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BY HARVARD UNIVERSITY PRESS
PRINTED AT THE HARVARD UNIVERSITY PRESS
CAMBRIDGE, MASS., U. §. A.
THE Wholesome tendency of modern scholarship to stop attempting a definition of romanticism and to turn instead to an intimate study of the pre-romantic poets, has led me to publish this volume, on which I have been intermittently engaged for several years. In selecting the approximate dates 1760 and 1800 for the limits, I have been more arbitrary in the later than in the earlier. The year 1760 has been selected because it marks, roughly speaking, the beginning of the Celtic Revival; whereas 1800, the end of the century, is little more than a convenient place for breaking off a history that might have been continued, and may yet be continued, down to the present day.
Even as the volume has been going through the press, I have found many new items from various obscure sources, and I am more than ever impressed with the fact that a collection of this sort can never be complete. I have made an effort, nevertheless, to show in detail what has been hastily sketched in countless histories of literature the nature and extent of the Celtic Revival in the late eighteenth century.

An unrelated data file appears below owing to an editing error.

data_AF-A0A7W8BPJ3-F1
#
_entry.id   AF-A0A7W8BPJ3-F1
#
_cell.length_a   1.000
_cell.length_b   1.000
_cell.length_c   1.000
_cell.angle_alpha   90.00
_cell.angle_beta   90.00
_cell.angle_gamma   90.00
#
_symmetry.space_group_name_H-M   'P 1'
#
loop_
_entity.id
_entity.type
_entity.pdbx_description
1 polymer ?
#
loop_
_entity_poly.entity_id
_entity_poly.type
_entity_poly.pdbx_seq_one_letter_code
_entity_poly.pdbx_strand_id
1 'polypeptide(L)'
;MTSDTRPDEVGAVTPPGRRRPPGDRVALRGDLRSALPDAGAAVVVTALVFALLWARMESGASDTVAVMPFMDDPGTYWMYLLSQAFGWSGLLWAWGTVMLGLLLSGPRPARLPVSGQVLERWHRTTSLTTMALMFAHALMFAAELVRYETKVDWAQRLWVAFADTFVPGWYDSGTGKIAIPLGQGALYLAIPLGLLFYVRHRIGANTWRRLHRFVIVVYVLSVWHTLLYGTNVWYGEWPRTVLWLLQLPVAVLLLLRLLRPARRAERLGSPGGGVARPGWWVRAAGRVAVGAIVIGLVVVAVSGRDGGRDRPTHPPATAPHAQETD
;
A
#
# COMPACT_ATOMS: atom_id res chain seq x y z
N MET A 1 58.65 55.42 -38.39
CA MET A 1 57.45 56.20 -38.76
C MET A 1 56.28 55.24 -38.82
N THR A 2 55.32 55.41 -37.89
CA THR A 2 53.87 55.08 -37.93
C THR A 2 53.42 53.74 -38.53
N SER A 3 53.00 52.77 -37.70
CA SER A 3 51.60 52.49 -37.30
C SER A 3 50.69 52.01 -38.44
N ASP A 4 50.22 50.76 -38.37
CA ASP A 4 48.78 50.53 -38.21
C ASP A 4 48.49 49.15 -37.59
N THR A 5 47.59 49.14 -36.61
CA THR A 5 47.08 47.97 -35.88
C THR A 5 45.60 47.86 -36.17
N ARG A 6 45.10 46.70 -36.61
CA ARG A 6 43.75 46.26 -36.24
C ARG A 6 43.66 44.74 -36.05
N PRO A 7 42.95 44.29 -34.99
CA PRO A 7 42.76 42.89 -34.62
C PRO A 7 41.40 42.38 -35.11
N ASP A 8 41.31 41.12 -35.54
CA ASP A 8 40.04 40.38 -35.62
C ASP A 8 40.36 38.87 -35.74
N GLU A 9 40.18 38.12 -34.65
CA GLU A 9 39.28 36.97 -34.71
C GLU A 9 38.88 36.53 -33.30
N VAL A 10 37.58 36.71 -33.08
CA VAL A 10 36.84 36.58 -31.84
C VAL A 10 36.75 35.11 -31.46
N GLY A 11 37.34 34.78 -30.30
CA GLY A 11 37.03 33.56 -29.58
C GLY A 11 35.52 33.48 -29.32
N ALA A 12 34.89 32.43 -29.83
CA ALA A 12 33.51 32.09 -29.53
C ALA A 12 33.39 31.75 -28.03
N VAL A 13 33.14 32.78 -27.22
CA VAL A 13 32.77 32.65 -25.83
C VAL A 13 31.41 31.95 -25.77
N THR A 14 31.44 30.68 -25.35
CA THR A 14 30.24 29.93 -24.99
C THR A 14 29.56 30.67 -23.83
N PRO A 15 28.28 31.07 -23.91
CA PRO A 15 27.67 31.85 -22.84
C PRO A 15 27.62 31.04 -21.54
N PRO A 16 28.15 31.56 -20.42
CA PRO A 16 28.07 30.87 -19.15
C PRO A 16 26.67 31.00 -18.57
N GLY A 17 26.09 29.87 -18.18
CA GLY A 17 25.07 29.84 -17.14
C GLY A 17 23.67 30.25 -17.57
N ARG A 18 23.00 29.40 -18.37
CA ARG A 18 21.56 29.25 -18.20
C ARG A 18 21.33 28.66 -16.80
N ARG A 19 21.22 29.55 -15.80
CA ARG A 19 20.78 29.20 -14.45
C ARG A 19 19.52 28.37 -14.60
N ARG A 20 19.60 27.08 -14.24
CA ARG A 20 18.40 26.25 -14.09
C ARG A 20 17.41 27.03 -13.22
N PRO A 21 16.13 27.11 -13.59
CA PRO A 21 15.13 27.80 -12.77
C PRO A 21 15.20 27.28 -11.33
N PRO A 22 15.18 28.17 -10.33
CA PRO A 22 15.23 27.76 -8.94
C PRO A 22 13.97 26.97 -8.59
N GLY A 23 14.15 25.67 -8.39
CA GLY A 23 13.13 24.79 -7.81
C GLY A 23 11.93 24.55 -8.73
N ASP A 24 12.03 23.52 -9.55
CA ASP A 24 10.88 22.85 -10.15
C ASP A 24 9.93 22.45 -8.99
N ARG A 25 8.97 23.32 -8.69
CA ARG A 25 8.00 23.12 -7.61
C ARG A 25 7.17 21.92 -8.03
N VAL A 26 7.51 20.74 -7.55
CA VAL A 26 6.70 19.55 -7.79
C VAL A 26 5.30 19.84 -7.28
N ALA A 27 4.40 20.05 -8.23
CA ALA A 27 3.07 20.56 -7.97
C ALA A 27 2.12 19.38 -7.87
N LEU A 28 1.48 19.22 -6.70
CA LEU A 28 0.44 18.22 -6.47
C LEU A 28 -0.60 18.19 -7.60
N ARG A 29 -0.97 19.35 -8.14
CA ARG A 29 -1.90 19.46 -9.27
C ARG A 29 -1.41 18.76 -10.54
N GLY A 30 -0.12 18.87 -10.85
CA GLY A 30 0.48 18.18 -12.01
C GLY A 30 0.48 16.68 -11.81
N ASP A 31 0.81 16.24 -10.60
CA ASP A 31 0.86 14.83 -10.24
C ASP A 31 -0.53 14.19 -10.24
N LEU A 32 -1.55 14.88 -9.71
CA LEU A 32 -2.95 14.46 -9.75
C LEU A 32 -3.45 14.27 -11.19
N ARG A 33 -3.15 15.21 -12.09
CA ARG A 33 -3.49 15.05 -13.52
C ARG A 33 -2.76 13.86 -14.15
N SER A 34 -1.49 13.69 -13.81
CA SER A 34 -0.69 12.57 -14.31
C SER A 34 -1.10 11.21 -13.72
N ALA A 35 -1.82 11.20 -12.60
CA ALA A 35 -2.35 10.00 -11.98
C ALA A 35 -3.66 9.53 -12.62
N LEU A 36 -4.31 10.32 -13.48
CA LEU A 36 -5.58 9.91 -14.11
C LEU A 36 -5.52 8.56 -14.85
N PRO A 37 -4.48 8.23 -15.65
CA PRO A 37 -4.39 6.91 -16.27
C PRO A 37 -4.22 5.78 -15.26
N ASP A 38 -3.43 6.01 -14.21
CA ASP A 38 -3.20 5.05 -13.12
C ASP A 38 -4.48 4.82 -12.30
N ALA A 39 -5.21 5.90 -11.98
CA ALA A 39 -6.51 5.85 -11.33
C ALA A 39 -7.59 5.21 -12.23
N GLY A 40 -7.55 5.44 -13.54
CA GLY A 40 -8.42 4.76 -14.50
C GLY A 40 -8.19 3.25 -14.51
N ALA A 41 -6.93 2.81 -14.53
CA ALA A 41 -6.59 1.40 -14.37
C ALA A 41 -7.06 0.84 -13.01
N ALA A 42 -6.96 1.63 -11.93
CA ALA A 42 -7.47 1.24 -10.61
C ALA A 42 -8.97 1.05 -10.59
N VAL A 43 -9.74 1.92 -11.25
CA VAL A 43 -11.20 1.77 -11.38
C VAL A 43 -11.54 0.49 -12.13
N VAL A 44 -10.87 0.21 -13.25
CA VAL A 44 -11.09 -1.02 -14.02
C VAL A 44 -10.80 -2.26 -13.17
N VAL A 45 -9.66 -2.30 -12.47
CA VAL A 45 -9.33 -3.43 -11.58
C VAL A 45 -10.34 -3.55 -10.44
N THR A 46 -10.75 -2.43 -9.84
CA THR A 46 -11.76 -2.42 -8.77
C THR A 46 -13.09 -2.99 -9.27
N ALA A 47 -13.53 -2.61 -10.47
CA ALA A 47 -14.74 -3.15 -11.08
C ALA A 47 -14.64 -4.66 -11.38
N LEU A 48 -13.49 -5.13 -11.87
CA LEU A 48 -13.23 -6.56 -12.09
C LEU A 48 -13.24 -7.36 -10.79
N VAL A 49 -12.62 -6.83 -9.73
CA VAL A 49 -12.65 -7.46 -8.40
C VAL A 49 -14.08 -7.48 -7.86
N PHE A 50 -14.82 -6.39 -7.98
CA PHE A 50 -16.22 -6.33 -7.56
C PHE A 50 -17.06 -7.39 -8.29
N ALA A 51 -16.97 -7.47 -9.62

Most of the material here presented is now published for the first time. The chapter on Gray and Mason, however, is reprinted (with some additions)
by kind permission of the editors of Modern Philology; and many of the essential facts were set forth in my unpublished dissertation at Harvard University in 1913.
I am glad of this opportunity of expressing my thanks to all those friends who have called my attention to various manifestations of the Celtic spirit that might have escaped my observation. My debt of gratitude is especially great to Professor Fred Norris Robinson and Professor Frank Edgar Farley; Professor George Lyman Kittredge and Professor Tom Peete Cross have likewise placed me under a heavy but pleasant obligation. Special courtesies extended in the libraries at Harvard, Yale, Cambridge, and the British Museum have greatly facilitated the work of collecting information about minor poets and dramatists; and my researches in the National Library of Wales at Aberystwyth were made effective through the kindness of John Ballinger, Esq., Librarian, Professor J. H. Davies, and Professor T. Gwynn Jones. Invaluable assistance in reading the proof has been given me by two of my colleagues at Haverford College, Professor John Alexander Kelly and Professor L. Arnold Post.